An investor acquiring shares or financing a business in another way puts their money at risk for a calculated return on that investment.
A business may face risks posed by the market – external risks such as competition, economic, politically, legal (new regulation or litigation), exchange and interest rate risk. It is possible to take measures to protect from some of these risks but not always. For example, a competitor may enter into the market although registering intellectual property, patenting ideas and registering trademarks can reduce business risk. Managing economic and political risks are much more difficult if not impossible. There are some economic proof businesses, for example an accounting business acting for a portfolio of doctors is unlikely to see the impact of an economic downturn on its revenue (it may on expenses).
Internal risks are easier to identify and to manage.
Internal risks include:
Compliance risk is that of failing to meet legal requirements and regulations. A business could become exposed to penalties or sanctions when it fails to act in accordance with industry laws and regulations. Managing compliance risks is assisted by good policies and procedures.
Taxation risk is that arising from poor compliance and systems resulting in the exposure to additional tax. The main areas of tax risk include the use of tax planning and/or avoidance schemes, employment status, mistreatment of payments to employees and share incentives, operation of national minimum wage, incorrect treatment of certain expenses for VAT and corporation tax such as ‘sponsorship’ and ‘hospitality’. Another area of increasing business risk is that relating to research and development expenditure and whether it qualifies for the favoured tax treatment.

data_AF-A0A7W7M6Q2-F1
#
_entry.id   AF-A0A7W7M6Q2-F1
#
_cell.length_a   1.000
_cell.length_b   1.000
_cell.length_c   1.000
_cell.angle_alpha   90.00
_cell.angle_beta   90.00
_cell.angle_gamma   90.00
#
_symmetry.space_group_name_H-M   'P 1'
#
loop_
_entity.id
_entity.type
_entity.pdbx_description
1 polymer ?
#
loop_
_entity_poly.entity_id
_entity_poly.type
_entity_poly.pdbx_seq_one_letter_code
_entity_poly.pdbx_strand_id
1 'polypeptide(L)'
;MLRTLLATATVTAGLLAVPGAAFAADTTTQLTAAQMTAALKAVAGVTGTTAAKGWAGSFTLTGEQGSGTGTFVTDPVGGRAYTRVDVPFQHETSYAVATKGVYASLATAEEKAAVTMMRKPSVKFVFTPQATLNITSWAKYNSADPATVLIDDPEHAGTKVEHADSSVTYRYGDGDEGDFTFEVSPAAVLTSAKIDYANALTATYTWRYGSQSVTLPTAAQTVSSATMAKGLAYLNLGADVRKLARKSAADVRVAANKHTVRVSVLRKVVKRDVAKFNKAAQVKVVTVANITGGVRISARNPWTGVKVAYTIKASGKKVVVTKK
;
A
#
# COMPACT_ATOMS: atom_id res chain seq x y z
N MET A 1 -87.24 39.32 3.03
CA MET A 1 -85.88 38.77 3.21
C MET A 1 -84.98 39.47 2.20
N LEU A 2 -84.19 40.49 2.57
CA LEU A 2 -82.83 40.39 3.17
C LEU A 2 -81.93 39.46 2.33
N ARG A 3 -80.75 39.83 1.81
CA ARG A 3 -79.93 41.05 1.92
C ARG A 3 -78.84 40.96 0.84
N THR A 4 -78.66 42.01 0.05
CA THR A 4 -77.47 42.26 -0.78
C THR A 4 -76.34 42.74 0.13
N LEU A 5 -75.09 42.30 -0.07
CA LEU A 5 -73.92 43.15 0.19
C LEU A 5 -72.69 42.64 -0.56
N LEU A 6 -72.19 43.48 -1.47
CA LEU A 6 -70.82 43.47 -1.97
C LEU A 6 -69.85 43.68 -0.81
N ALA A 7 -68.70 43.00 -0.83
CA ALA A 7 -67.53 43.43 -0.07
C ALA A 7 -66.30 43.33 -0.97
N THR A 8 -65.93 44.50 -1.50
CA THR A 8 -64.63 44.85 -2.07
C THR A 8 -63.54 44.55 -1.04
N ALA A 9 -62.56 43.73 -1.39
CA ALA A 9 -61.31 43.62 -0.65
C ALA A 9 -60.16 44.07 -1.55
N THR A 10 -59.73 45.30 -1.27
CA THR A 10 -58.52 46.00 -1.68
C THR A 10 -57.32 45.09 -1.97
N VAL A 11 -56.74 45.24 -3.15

Program risk relates to either a particular business program or a portfolio of projects. The risk relates to the costs associated with that program and whether it is being supported by more successful parts of the business. An analysis requires consideration of the opportunity costs and associate risks.
Innovation risk relates to product research and development, the associated costs, opportunity cost, risks and potential upside. Strategic risk is also associated with innovation.
Strategic risk is that relating to the business plan and overall risks taken on business programs, innovation, use of resources, whether the business is seasonal or periodic and not diversified.
Resource risk is that of not having enough resource to fulfil the goals or commitments of the business. This could include people resource and working capital.
Reputational risk is the chance of declining business as a result of practices or incidents that affect the reputation of the business. It could be that the use of a delivery service declines because of its failure to become environmentally friendly or a retailer is perceived to exploit young employees through lower pay and poor working conditions.
Operational risks arise from day to day operations and relate to people, process and systems:
|Employment law ||Documentation ||Implementation of process
|Fraud ||Pricing models ||Use of infrastructure – people, IT etc.
|Unauthorised activity ||Project management |
|Retention of key personnel ||Internal/external reporting|
An investor or an acquirer of a business that is about to commit significant funds will desire the risks to be analysed by a team of professionals to establish what the threats are to the value. The process is often undertaken to identify whether the sales price is fair as well as to establish warranties and indemnities. It is also used to negotiate what amount should be held on escrow and for what period in case one of the risks materialises in a financial cost.
This process can also be turned around for a business that is preparing to sell. The business may engage a risk analysis to prepare itself for sell by reducing the risks for prospective purchasers.